Pointing the way to success

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  • Point-to-pointing a young horse provides a challenge, but inexperienced owners/trainers are better advised to learn the pitfalls with an experienced campaigner.

    The sport provides an education for young horses, some of whom may have a future in steeplechasing under Rules (“professional” racing).

    For that reason, a young horse does offer a chance – although it is a slim one – of making a profit. If your youngster wins races, you might get approaches from agents or trainers looking for talented five-six-and seven-year-olds (sums of £20,000 to £50,000 for good young pointers are not uncommon). However, talented 12-year-olds fetch nothing like those figures.

    There are restrictions on running horses in point-to-points. They can racefrom the age of five, but if you buy a youngster which has won a race on the Flat or over hurdles, it will only be eligible for open races or hunter chases ¨ that means pitting it against older, experienced jumpers, an obvious handicap.

    Check on ahorse¨s racing record before you buy it – Weatherby’s in Wellingborough (tel: 01933 440077) can supply information.


    To qualify for point-to-pointing, a horse must hunt at least seven times to gain qualification for pointing. Taking a youngster hunting is often the first indication that a new acquisition has a real future, or is a maniac which would be lethal on the racecourse.

    Do not be disillusioned if a young horse refuses to jump out hunting -some do not, yet leap like stags in races.If a youngster is sensible, there is no reason why they should not go out hunting more than seven times – they will gain a level of fitness and jumping acumen, but much will depend on the country, amount of plough and, wire.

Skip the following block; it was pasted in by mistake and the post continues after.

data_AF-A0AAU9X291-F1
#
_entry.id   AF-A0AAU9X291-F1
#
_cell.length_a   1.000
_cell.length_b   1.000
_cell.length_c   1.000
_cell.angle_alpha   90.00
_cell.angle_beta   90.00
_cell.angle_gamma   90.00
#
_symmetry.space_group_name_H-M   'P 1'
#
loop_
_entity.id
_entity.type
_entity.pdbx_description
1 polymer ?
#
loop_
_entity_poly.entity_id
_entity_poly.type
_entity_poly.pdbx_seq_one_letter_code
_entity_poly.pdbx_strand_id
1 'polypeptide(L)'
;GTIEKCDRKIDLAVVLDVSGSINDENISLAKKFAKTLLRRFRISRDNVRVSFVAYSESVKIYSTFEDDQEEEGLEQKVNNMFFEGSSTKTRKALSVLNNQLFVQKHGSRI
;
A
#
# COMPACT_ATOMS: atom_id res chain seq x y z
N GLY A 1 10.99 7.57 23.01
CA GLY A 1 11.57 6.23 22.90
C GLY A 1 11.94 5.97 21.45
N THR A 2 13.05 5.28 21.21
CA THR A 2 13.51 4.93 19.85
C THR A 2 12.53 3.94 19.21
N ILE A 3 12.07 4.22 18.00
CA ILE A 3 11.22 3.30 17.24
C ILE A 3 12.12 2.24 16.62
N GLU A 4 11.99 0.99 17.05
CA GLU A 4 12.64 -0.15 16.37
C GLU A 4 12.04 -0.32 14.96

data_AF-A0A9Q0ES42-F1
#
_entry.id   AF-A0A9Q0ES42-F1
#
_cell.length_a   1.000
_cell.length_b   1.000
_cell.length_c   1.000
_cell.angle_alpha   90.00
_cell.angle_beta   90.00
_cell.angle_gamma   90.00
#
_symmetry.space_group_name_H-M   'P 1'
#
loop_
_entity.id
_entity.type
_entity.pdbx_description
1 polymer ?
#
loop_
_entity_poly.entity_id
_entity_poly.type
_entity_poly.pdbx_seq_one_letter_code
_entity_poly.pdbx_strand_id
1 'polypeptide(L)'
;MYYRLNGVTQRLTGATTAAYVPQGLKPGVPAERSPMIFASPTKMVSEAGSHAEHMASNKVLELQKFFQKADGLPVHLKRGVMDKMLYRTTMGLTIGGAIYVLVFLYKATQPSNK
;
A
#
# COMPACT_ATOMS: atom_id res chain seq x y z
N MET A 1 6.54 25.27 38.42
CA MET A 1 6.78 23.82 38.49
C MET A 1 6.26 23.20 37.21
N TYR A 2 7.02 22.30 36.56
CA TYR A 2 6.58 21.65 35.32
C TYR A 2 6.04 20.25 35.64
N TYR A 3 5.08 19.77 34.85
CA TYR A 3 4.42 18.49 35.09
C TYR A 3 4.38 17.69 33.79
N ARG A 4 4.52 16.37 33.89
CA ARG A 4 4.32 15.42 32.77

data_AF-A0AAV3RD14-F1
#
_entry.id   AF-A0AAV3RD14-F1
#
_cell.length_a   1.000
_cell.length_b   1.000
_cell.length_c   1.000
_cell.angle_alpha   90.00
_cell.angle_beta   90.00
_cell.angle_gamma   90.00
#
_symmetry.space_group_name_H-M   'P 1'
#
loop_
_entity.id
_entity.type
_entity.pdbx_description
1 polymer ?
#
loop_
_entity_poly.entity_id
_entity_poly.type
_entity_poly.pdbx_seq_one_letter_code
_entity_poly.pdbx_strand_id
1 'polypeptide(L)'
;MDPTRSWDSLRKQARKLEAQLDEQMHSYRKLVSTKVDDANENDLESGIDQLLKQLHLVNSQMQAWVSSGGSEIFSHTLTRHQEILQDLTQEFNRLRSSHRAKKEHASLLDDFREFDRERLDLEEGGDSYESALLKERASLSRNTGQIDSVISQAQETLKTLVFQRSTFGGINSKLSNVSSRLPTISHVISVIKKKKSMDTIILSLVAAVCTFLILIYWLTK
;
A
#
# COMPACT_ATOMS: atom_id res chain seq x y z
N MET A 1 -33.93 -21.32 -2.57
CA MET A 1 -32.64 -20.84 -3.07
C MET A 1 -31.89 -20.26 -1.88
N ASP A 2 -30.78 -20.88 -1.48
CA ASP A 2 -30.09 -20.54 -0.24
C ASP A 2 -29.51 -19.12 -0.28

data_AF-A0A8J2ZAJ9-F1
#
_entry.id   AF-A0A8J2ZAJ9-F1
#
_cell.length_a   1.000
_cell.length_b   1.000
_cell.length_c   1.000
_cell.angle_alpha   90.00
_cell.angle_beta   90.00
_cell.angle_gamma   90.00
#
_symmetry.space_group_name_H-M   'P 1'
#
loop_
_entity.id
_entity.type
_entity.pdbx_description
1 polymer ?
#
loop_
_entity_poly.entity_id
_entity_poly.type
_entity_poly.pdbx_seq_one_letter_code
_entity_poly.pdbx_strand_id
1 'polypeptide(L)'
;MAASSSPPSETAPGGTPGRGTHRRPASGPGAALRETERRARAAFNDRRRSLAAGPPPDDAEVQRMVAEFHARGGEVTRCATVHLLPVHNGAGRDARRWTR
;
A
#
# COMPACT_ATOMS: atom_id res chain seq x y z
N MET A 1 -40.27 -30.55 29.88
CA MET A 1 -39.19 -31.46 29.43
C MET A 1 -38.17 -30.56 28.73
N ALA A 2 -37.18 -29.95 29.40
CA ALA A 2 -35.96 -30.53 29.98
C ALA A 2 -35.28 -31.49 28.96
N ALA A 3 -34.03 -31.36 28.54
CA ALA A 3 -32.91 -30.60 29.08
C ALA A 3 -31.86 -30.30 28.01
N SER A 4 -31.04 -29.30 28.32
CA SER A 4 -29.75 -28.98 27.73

There are no rules governing the amount of schooling a horse has to do before making its pointing debut. However much time you invest in training, there are some young horses who give the impression that they have never seen a birch fence, which, it must be remembered, is dangerous for other competitors. Young horses may be given ample schooling, but forget the lessons in the excitement of being on a racecourse.

    Schooling should involve jumping birch fences of the design, but not the size, used at the races – it is no good simply piling up bracken or fallen branches.

    You need at least two, but preferably three, fences in a line, wide enough for horses to jump alongside each other. They need not be as big as racecourse fences, but it helps if they are well built – not an impenetrable solid, but not so soft that horses can brush through – that teaches bad habits.

    It is generally cheaper to hire facilities with suitable fences – if that person has a horse who can jumpin front or alongside, creating a semi-racing situation, so much the better.

    With a young horse who quickly grasps the idea, you might need to school in this manner only twice. If they are slow to learn, repeat the lessons, although you might have to go back to jumping over poles or little hurdles if the issue creates panic in the youngster.

    Once a horse has raced, he generally does not need to school again that season, unless he has fallen, or there is a lengthy gap between races.

    Assessing fitness

    With livery yards now dominant in the sport, a horse has to be really fit to compete. Assuming preparations have gone smoothly (roadwork, cantering, hunting) you need to be able to canter your horse daily and do faster work twice a week, for at least six weeks prior to raceday.

    Gauging whether a young horse is fit enough to race is difficult – too much work and you can send a horse “over the top” ie take away their reserves of energy, too little work means they will get tired in a race, increasing the risk of falling or incurring an injury.